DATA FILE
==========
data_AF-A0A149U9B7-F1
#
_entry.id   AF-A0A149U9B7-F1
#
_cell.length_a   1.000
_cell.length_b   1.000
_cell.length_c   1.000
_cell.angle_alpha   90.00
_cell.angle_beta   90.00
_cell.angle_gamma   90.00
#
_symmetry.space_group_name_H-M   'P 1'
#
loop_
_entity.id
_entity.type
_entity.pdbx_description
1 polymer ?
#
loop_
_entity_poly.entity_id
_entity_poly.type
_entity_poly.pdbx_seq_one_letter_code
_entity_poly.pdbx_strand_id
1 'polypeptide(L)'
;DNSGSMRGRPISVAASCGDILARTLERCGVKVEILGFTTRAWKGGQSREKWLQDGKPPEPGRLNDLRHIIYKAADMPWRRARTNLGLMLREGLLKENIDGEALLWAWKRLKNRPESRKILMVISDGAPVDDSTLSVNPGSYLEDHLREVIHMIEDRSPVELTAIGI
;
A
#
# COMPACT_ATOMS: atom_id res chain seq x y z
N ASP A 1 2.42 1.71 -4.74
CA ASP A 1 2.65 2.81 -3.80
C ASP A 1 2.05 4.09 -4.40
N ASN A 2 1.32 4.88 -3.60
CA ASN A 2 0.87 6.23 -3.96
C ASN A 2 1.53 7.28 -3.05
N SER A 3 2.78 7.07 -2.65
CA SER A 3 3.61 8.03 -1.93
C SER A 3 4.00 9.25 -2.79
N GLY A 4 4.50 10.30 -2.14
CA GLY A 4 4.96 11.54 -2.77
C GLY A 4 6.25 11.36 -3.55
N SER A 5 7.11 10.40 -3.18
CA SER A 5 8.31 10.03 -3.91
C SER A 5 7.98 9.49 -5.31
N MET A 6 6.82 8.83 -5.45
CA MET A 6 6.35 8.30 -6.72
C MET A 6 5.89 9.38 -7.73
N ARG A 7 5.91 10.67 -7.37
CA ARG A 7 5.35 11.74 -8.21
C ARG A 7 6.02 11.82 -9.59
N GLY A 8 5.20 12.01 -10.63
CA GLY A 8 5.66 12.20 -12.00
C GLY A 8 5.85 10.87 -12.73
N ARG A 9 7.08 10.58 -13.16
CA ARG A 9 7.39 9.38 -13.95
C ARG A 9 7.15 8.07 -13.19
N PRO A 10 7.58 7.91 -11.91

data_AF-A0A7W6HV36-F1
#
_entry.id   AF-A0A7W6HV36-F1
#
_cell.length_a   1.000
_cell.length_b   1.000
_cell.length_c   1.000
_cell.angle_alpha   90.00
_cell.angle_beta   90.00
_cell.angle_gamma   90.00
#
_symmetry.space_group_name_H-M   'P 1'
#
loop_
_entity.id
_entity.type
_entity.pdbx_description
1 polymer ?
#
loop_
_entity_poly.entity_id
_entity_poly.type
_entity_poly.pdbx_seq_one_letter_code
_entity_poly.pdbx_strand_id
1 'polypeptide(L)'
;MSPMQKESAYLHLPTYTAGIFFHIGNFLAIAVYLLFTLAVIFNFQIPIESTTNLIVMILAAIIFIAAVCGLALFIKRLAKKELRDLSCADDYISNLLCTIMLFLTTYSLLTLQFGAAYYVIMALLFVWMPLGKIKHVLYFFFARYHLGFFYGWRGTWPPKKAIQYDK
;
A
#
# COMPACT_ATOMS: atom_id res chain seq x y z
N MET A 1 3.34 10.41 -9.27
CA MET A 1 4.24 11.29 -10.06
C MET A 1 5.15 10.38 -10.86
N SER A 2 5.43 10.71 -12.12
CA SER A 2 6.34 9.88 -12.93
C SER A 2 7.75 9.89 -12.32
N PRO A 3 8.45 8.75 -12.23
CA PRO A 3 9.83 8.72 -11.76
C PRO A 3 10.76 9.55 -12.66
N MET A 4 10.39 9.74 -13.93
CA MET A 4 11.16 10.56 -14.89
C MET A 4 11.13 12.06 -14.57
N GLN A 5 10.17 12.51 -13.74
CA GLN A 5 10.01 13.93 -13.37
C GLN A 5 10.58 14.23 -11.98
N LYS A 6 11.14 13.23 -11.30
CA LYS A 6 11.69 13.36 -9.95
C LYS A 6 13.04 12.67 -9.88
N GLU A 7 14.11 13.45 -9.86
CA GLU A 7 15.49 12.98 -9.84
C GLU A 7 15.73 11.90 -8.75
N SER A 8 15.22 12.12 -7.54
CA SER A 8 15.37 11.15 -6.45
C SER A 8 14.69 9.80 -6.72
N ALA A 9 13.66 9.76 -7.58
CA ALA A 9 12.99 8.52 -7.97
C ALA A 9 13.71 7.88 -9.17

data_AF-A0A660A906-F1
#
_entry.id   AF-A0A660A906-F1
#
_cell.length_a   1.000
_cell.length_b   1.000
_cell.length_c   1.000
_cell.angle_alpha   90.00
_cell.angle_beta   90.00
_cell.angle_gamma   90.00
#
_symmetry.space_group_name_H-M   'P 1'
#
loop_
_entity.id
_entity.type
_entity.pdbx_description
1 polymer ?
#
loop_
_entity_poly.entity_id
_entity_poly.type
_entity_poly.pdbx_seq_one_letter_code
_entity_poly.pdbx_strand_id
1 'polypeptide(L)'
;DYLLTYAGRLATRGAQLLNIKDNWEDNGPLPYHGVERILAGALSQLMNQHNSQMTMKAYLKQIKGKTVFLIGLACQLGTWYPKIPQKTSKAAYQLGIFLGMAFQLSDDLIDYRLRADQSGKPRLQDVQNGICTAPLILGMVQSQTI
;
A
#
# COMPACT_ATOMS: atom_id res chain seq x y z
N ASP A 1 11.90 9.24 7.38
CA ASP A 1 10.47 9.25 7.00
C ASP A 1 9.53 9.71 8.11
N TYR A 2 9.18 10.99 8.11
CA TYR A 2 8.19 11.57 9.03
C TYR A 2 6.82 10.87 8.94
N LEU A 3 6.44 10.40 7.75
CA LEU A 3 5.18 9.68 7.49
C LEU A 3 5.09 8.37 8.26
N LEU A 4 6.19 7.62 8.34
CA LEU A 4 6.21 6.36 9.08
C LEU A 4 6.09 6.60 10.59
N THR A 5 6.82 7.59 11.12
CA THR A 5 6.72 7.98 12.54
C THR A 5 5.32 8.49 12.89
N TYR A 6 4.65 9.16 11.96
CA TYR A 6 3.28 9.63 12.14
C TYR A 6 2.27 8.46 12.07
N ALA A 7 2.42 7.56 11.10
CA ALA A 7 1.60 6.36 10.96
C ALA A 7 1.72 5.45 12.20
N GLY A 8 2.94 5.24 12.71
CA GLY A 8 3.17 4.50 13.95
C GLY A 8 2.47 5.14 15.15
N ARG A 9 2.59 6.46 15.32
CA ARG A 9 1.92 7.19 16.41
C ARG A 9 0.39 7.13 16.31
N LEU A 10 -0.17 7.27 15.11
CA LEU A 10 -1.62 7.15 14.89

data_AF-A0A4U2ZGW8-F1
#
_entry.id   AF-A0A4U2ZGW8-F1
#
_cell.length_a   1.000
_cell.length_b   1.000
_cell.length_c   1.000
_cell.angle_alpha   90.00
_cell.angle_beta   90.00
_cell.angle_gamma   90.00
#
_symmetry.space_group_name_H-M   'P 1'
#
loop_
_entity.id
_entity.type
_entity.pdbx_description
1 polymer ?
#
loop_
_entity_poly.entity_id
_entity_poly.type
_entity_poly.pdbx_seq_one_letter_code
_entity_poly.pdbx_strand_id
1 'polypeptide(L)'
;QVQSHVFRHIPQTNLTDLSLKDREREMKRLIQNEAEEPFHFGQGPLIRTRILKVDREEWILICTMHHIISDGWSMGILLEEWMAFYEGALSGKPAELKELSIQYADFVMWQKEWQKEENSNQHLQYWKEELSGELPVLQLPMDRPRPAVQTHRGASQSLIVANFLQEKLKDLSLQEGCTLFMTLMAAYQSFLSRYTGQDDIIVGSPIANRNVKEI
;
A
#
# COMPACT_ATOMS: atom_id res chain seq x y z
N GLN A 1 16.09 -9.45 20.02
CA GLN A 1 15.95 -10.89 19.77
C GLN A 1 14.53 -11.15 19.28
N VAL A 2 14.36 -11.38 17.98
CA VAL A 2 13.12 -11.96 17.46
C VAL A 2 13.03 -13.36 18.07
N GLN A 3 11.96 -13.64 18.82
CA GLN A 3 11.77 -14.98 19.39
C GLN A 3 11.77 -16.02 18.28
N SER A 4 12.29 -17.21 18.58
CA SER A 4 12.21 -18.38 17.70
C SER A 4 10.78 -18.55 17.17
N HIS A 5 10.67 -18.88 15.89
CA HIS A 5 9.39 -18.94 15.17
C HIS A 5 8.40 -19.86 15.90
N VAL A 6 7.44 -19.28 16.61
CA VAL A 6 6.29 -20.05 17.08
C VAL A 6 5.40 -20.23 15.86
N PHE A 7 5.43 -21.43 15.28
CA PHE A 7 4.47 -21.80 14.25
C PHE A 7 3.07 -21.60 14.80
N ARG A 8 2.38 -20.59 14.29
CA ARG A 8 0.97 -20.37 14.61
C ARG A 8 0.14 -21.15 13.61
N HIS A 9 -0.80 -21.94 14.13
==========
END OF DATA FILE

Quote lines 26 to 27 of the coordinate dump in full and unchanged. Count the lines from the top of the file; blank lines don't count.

;DNSGSMRGRPISVAASCGDILARTLERCGVKVEILGFTTRAWKGGQSREKWLQDGKPPEPGRLNDLRHIIYKAADMPWRRARTNLGLMLREGLLKENIDGEALLWAWKRLKNRPESRKILMVISDGAPVDDSTLSVNPGSYLEDHLREVIHMIEDRSPVELTAIGI
;